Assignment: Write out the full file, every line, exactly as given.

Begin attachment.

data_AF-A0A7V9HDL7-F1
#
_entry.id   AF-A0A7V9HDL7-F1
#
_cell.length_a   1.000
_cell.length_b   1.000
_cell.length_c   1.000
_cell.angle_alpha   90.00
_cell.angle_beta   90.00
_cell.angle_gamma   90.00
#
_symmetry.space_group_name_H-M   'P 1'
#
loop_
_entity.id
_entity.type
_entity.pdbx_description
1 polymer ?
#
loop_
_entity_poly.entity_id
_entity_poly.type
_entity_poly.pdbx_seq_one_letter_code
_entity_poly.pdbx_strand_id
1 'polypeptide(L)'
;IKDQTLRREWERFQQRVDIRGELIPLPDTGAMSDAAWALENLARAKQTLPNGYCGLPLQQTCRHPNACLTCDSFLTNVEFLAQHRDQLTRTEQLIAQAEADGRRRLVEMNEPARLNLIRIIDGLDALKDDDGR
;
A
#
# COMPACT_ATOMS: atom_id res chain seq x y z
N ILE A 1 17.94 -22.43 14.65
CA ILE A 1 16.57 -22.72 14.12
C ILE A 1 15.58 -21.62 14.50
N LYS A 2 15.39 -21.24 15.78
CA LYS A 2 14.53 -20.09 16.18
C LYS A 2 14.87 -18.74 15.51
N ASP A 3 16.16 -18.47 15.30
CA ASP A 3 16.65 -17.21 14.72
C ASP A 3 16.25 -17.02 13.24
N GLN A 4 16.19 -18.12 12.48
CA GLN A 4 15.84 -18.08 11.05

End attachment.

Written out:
data_AF-A0A7V9HDL7-F1
#
_entry.id   AF-A0A7V9HDL7-F1
#
_cell.length_a   1.000
_cell.length_b   1.000
_cell.length_c   1.000
_cell.angle_alpha   90.00
_cell.angle_beta   90.00
_cell.angle_gamma   90.00
#
_symmetry.space_group_name_H-M   'P 1'
#
loop_
_entity.id
_entity.type
_entity.pdbx_description
1 polymer ?
#
loop_
_entity_poly.entity_id
_entity_poly.type
_entity_poly.pdbx_seq_one_letter_code
_entity_poly.pdbx_strand_id
1 'polypeptide(L)'
;IKDQTLRREWERFQQRVDIRGELIPLPDTGAMSDAAWALENLARAKQTLPNGYCGLPLQQTCRHPNACLTCDSFLTNVEFLAQHRDQLTRTEQLIAQAEADGRRRLVEMNEPARLNLIRIIDGLDALKDDDGR
;
A
#
# COMPACT_ATOMS: atom_id res chain seq x y z
N ILE A 1 17.94 -22.43 14.65
CA ILE A 1 16.57 -22.72 14.12
C ILE A 1 15.58 -21.62 14.50
N LYS A 2 15.39 -21.24 15.78
CA LYS A 2 14.53 -20.09 16.18
C LYS A 2 14.87 -18.74 15.51
N ASP A 3 16.16 -18.47 15.30
CA ASP A 3 16.65 -17.21 14.72
C ASP A 3 16.25 -17.02 13.24
N GLN A 4 16.19 -18.12 12.48
CA GLN A 4 15.84 -18.08 11.05